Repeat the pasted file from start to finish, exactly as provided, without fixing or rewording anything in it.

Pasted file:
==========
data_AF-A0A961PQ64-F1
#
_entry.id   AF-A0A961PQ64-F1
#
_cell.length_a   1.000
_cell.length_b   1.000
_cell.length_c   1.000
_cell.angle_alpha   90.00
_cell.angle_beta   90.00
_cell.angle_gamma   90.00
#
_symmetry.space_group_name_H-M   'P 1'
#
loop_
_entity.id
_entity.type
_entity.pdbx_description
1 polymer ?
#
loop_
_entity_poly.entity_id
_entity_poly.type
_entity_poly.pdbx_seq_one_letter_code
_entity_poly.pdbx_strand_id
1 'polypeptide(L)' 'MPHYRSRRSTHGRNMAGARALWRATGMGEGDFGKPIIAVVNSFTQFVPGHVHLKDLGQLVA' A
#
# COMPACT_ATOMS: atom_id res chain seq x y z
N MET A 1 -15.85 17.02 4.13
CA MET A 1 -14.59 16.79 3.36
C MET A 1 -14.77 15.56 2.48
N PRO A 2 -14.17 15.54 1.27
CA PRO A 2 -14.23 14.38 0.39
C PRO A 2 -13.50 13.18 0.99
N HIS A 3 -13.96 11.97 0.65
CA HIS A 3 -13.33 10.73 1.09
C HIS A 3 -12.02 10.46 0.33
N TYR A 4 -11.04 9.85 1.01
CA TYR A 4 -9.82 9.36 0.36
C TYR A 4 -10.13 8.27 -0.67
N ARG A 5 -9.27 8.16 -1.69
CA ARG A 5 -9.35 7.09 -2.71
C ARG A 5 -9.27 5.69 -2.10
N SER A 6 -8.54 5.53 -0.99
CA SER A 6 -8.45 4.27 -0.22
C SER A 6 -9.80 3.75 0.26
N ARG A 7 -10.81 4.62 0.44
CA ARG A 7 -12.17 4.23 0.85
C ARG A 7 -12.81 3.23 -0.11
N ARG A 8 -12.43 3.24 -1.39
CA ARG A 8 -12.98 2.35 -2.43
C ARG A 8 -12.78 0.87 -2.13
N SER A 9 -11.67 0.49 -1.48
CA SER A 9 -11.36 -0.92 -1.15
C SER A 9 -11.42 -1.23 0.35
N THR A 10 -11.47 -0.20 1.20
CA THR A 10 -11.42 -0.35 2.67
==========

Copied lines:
data_AF-A0A961PQ64-F1
#
_entry.id   AF-A0A961PQ64-F1
#
_cell.length_a   1.000
_cell.length_b   1.000
_cell.length_c   1.000
_cell.angle_alpha   90.00
_cell.angle_beta   90.00
_cell.angle_gamma   90.00
#
_symmetry.space_group_name_H-M   'P 1'
#
loop_
_entity.id
_entity.type
_entity.pdbx_description
1 polymer ?
#
loop_
_entity_poly.entity_id
_entity_poly.type
_entity_poly.pdbx_seq_one_letter_code
_entity_poly.pdbx_strand_id
1 'polypeptide(L)' 'MPHYRSRRSTHGRNMAGARALWRATGMGEGDFGKPIIAVVNSFTQFVPGHVHLKDLGQLVA' A
#
# COMPACT_ATOMS: atom_id res chain seq x y z
N MET A 1 -15.85 17.02 4.13
CA MET A 1 -14.59 16.79 3.36
C MET A 1 -14.77 15.56 2.48
N PRO A 2 -14.17 15.54 1.27
CA PRO A 2 -14.23 14.38 0.39
C PRO A 2 -13.50 13.18 0.99
N HIS A 3 -13.96 11.97 0.65
CA HIS A 3 -13.33 10.73 1.09
C HIS A 3 -12.02 10.46 0.33
N TYR A 4 -11.04 9.85 1.01
CA TYR A 4 -9.82 9.36 0.36
C TYR A 4 -10.13 8.27 -0.67
N ARG A 5 -9.27 8.16 -1.69
CA ARG A 5 -9.35 7.09 -2.71
C ARG A 5 -9.27 5.69 -2.10
N SER A 6 -8.54 5.53 -0.99
CA SER A 6 -8.45 4.27 -0.22
C SER A 6 -9.80 3.75 0.26
N ARG A 7 -10.81 4.62 0.44
CA ARG A 7 -12.17 4.23 0.85
C ARG A 7 -12.81 3.23 -0.11
N ARG A 8 -12.43 3.24 -1.39
CA ARG A 8 -12.98 2.35 -2.43
C ARG A 8 -12.78 0.87 -2.13
N SER A 9 -11.67 0.49 -1.48
CA SER A 9 -11.36 -0.92 -1.15
C SER A 9 -11.42 -1.23 0.35
N THR A 10 -11.47 -0.20 1.20
CA THR A 10 -11.42 -0.35 2.67